When we speak of a neckgraft in violin making we mean when the neck
of an instrument is replaced. The original peg box and scroll (head) of
the instrument remain preserved during the process.
The reasons for carrying out a neckcraft can be manifold:
- The neck is broken.
- The height of the bridge, as defined by the neck angle, is not optimal due to tonal or other reasons.
- The neck is contorted.
- The neck is too thin and doesn't suit the musician.
- The neck is skewed in relation to the body cannot be optimally compensated for with the bridge, which should always stand at the acoustic center of the instrument.
The following tasks are necessary for this:
- First the fingerboard is detached.
- The base of the neck is unhinged from the body's neck recess, for clarification you can see here the recess without back and belly.
- The neck is separated from the peg box.
- The two upper or all four peg holes (the e and the g with violins, the a and the c with cellos and violas) get rebushed.
- The peg box is prepared for the graft. All areas are processed until everything is completely trimmed. This is very time-consuming and difficult work.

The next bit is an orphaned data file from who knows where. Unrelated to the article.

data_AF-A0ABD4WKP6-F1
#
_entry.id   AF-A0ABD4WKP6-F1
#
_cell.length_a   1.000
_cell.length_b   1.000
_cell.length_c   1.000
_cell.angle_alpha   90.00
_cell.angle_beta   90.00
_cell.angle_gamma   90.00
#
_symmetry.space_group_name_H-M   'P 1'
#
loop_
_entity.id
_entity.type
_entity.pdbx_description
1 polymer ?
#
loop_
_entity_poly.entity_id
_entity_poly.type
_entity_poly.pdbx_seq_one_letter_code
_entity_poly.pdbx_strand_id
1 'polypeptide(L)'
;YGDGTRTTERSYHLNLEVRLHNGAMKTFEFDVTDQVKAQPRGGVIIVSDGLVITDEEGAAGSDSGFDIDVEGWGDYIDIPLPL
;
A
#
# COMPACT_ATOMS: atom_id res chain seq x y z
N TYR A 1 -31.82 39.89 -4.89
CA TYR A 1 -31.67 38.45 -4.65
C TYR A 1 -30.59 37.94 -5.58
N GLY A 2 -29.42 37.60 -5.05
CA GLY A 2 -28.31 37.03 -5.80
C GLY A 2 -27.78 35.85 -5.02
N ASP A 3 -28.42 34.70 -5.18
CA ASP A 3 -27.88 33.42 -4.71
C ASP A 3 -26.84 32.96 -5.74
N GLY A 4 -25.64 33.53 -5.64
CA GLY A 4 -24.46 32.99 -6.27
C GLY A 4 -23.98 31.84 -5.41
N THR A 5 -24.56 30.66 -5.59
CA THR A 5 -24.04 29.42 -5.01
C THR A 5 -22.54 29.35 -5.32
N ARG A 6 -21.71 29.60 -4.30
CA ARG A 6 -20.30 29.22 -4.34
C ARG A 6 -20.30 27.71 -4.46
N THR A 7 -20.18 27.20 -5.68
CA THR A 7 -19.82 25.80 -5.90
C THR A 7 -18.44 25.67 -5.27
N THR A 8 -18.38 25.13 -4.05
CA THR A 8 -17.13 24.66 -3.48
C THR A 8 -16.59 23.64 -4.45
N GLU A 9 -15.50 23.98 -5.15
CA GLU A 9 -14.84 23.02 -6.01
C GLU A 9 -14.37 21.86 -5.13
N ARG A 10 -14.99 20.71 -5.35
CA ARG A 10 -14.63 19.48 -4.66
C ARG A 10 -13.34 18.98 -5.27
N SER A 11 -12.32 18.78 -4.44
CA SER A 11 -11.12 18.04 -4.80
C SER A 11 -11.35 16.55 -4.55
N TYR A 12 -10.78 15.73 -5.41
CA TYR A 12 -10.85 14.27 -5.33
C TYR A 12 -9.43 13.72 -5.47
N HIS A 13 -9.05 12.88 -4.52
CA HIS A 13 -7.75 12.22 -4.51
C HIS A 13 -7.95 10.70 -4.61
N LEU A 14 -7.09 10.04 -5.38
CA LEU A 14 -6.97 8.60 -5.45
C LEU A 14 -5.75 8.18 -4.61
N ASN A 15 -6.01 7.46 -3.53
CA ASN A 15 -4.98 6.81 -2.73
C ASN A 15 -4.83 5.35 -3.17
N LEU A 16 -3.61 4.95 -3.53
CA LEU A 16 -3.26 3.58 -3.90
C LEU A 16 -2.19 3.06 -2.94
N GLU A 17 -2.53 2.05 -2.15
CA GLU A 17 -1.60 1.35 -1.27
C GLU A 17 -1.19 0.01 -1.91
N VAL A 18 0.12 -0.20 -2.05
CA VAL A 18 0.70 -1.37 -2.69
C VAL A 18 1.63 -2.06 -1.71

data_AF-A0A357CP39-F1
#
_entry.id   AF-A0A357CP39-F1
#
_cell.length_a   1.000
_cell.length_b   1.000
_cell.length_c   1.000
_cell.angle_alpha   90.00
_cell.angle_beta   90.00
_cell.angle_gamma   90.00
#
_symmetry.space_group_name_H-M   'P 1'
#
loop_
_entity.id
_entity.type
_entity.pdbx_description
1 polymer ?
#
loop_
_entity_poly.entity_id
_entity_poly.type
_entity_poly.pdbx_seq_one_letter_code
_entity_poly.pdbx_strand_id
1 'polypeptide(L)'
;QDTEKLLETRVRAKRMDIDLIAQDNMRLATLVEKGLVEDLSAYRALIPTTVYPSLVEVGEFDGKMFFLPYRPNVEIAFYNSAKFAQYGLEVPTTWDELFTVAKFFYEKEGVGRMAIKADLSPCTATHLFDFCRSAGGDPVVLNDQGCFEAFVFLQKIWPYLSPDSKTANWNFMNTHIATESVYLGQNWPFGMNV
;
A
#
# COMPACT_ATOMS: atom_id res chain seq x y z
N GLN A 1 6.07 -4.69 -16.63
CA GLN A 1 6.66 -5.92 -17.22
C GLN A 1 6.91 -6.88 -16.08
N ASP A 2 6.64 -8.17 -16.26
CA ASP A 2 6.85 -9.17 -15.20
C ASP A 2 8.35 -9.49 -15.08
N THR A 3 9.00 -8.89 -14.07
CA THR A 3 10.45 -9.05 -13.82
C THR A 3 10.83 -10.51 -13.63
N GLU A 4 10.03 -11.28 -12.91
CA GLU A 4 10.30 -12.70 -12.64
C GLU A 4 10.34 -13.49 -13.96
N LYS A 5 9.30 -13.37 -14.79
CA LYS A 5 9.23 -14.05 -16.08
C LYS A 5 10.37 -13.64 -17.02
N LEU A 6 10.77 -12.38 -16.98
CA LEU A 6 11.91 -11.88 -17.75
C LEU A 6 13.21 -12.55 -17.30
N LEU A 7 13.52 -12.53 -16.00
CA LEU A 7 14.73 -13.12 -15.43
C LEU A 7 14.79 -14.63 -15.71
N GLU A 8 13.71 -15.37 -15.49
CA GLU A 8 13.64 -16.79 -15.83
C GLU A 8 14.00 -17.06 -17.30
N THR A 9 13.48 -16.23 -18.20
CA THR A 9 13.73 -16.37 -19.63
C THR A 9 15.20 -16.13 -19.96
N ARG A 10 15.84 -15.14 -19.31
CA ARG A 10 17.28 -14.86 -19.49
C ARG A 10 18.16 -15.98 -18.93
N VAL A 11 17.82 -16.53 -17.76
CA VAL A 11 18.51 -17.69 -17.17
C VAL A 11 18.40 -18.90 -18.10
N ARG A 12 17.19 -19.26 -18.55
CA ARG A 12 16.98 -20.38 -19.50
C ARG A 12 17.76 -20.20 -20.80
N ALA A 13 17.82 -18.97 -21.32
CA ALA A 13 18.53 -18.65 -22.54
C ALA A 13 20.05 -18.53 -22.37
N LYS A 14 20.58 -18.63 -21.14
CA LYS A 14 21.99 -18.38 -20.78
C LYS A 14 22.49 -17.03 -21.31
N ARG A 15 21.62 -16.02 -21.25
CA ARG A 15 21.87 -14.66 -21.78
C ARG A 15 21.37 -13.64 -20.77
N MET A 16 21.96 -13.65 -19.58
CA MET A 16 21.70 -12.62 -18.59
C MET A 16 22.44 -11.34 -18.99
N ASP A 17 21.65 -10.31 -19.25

- The graft block of aged maple is planed in such a way that it fits smoothly into the prepared opening. Here, too, very precise work of high technical skill is essential. While inserting the neckgraft, one must not only take special care to get an exact fit, but to also see to it that the middle line aligns between scroll, neck and body and that the neck and scroll sections are flush.
- The next task is to fit the fingerboard and see that the neck is cut in a way as to make playing the instrument easy. Individual adjustments are always possible here.
- The neck foot is then placed into the neck opening in such a way that the angle and, with it, bridge height are optimal, ensuring that the fingerboard points directly at the instruments middle.
- Retouching is all that remains to do now after this complicated repair. Here you can see the near finished neckgraft.